Some generous viewers have characterized this overwrought satire of race relations as a spoof of the blaxploitation genre, but if there’s a successful joke buried anywhere in the picture, it escaped me. Designed like a live-action cartoon, complete with exaggerated body language, flamboyant costumes, oversized props, sped-up camerawork, and “wacky” sound effects, Darktown Strutters—which occasionally bears the alternate title Get Down and Boogie—is more of a recipe for headaches than a recipe for humor. The picture is too linear to work as a drug-era phantasmagoria, and too stupid to take seriously. Worse, writer George Armitage and director William Witney demonstrate horrible taste by trying to wring jokes from such grim subjects as police brutality, racism, and rape.
While Armitage later evinced strong gifts for offbeat comedy (he wrote and directed the 1997 cult favorite Grosse Pointe Blank), this project very much represents the erratic early days of his career. In fact, there are many connections between the style of this picture and the excesses of Gas! –Or- It Became Necessary to Destroy the World in Order to Save It. (1970), a strange youth-culture sci-fi epic that Armitage wrote and Roger Corman directed. Corman’s brother, Gene, produced Darktown Strutters, while Roger’s company, New World Pictures, handled distribution chores.
The plot of Darktown Strutters is fairly simplistic. Syreena (Trina Parks) is the leader of an all-female biker gang. When she learns that her mother has been kidnapped, Syreena teams up with an all-male gang led by Mellow (Roger E. Mosley). Eventually, Syreena discovers that her mother’s kidnapper is Commander Cross (Norman Bartold), the Colonel Sanders-like overlord of a barbecued-ribs empire. Meanwhile, Syreena has several run-ins with a trio of bumbling cops, puts pressure on black citizens who fear reprisals from Commander Cross, and rocks her way through several musical numbers.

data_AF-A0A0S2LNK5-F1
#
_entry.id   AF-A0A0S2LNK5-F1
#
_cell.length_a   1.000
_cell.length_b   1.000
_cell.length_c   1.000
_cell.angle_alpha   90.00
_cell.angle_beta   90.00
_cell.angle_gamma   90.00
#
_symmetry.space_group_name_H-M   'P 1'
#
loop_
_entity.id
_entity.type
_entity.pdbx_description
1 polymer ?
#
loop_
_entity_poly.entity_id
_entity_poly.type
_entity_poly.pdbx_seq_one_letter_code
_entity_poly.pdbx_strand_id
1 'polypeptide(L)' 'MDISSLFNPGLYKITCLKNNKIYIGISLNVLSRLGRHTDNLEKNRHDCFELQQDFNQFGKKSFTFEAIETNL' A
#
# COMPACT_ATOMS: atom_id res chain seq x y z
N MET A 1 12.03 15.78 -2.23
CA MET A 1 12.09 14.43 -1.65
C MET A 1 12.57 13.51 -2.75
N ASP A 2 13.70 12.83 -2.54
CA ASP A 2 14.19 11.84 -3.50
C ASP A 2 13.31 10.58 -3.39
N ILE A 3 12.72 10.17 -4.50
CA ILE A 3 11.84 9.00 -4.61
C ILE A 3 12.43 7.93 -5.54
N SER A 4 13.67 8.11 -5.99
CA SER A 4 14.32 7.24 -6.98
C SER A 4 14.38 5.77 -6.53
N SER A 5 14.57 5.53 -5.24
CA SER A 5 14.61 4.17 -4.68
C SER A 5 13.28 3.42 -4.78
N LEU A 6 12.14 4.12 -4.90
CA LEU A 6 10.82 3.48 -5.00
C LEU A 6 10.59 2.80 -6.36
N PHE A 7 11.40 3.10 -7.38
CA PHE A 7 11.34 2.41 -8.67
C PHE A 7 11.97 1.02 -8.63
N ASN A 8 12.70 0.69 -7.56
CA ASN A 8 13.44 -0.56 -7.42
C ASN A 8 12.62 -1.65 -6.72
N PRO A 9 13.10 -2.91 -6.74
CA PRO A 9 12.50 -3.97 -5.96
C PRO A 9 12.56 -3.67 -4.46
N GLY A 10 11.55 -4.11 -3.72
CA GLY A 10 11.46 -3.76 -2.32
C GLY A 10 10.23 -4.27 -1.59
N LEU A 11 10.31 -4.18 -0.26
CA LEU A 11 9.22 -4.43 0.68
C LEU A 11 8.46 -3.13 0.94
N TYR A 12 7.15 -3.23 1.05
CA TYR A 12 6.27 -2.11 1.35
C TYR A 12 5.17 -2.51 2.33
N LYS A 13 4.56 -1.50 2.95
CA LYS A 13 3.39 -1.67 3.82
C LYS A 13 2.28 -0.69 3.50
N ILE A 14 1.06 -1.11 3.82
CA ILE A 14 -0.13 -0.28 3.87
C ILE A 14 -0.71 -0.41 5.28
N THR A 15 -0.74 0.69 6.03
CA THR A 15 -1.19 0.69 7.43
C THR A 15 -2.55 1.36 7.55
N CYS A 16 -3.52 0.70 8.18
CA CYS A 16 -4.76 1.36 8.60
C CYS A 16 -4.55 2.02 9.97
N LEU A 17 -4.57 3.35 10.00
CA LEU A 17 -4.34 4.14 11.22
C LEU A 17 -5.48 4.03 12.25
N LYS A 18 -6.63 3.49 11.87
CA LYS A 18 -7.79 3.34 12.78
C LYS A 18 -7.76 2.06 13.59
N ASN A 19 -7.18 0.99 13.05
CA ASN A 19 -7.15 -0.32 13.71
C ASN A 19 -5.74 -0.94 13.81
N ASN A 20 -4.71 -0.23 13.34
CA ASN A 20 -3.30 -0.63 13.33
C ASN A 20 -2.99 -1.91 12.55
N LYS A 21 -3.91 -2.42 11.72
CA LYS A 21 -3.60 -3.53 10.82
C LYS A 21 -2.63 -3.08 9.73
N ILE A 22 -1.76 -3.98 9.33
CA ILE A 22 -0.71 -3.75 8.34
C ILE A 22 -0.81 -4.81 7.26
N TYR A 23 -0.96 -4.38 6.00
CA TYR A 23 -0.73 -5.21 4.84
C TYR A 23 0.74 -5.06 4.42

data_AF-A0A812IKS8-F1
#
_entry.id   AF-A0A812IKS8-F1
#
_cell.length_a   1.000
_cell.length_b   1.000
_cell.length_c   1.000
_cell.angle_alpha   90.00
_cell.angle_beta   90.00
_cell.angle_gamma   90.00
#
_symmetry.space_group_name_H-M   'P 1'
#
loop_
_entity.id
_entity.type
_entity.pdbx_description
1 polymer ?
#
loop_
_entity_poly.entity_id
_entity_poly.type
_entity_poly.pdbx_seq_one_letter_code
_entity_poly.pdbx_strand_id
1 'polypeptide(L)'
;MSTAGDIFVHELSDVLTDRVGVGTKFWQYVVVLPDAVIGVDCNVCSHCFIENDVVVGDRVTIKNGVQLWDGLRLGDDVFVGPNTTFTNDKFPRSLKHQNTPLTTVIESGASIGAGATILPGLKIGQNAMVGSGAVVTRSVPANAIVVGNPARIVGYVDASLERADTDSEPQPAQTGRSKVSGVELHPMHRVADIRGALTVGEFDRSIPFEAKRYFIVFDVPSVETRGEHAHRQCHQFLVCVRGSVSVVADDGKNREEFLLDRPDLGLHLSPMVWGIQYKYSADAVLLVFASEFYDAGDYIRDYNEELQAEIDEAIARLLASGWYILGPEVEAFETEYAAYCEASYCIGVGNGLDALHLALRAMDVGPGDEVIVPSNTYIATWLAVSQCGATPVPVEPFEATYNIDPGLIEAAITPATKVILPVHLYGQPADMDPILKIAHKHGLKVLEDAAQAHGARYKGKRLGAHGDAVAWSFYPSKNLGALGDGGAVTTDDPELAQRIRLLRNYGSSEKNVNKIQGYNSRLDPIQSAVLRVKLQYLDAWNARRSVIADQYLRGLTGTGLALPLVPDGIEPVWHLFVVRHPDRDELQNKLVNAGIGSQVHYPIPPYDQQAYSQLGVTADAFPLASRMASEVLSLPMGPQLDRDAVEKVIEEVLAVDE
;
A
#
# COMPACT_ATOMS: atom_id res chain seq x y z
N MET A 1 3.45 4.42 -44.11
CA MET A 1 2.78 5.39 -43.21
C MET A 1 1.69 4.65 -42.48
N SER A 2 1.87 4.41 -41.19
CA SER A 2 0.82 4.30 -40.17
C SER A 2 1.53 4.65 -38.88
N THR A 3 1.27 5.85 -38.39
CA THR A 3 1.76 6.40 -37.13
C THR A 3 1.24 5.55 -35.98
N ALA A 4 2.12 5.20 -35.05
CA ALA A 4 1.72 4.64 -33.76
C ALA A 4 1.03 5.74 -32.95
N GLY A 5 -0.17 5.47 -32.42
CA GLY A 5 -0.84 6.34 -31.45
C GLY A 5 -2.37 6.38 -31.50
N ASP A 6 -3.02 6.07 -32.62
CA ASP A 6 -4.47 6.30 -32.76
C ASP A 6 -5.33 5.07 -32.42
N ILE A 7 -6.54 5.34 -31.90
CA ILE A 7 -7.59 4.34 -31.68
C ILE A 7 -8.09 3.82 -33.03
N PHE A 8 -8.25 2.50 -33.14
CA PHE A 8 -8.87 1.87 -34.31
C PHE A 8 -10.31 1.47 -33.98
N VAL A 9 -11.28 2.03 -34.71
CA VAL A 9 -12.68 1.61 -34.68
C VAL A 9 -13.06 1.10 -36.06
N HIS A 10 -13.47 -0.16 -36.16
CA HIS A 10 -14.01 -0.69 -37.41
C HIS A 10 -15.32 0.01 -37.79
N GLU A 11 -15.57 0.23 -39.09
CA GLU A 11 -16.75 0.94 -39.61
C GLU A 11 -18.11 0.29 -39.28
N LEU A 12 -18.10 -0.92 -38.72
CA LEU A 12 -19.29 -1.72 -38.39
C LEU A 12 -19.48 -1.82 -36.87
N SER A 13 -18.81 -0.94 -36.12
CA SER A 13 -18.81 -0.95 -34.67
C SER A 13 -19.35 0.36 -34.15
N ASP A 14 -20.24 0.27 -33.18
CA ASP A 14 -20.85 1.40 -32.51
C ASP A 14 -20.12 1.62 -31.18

Even though every single element of Darktown Strutters is absurd, the costumes are among the most grating components of the film. Syreena and her fellow female bikers wear helmets tricked out with bedazzled feathers and wings. The dudes in Mellow’s gang dress like stereotypical Southern-fried fools, all floppy hats and overalls, except with rhinestones. One of Commander Cross’ outfits is a superhero-style costume comprising pink tights, silver-lame boots and undies, and a pig mask. Especially when actors wearing ridiculous clothes skitter across the screen with their arms and legs pumping to emulate “jive” movements, it’s embarrassing to watch the performers humiliate themselves.
In terms of narrative, the movie drifts down so many blind alleys—goofy chase scenes, tiresome production numbers—that the story becomes hopelessly obscured. And then everything culminates with the revelation of bizarre nonsense about Commander Cross using a machine to generate offspring without the involvement of women—which somehow relates to why he kidnapped Syreena’s mother. Trust me, you won’t feel like making the effort to parse this crap, either. Darktown Strutters is not utterly devoid of charms, since leading lady Parks is beautiful and tough, costar Mosley is energetic, and the interesting actors Dick Miller and Stan Shaw appear in small roles. Additionally, some of the R&B tunes on the soundtrack are terrific. But, man, it’s all way too much—so the viewers most likely to groove on this singular experience are those who savor cinematic trainwrecks.
Darktown Strutters: FREAKY